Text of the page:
A domain name, like www.coolexample.com, is a lot like a street address for a house or business. Let’s use the White House as an example. The street address, 1600 Pennsylvania Avenue, is an exact location — like an IP address. You might not know the exact street address, but when you visit Washington, D.C., you can tell your cabbie that you want to visit the White House and still get there. This is how a domain name is used: It’s an easy way to reach the exact location of a website without having to remember its numeric address.
A domain name consists of, at least, a top-level and a second-level domain. A top-level domain (TLD) is the part of the domain name located to the right of the dot (“.”). The most common TLDs are .com, .net, and .org.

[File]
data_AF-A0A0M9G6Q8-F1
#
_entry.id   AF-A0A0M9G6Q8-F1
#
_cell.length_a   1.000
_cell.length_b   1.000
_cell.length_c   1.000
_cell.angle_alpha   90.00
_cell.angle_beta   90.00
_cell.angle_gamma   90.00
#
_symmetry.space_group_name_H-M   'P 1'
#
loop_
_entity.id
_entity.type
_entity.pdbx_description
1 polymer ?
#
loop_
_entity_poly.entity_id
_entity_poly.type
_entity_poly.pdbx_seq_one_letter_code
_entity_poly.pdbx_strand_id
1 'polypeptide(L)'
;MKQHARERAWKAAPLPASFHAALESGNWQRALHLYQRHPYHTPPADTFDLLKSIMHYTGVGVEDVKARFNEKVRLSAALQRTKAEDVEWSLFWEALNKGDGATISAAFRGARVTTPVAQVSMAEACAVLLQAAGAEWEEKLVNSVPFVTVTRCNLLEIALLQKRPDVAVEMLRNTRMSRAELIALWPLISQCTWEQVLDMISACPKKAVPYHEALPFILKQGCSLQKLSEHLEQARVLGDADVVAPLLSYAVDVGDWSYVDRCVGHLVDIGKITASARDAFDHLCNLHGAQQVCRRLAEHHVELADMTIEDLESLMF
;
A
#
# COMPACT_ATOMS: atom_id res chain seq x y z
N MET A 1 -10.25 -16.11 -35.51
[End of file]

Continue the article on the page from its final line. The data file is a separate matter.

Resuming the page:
Many domains, also called extensions, can be registered by anyone, like .com, .net, and .org. A second-level domain (SLD) is the portion of the domain name that is located immediately to the left of the dot and domain name extension. For example, the SLD in coolexample.com is coolexample.
Advanced Domain Name Description: A domain name represents a physical point on the Internet — an IP address. The Internet Corporation for Assigned Names and Numbers (ICANN) governs coordination of the links between IP addresses and domain names across the Internet. With this standardized coordination, you can find websites on the Internet by entering domain names instead of IP addresses into your Web browser.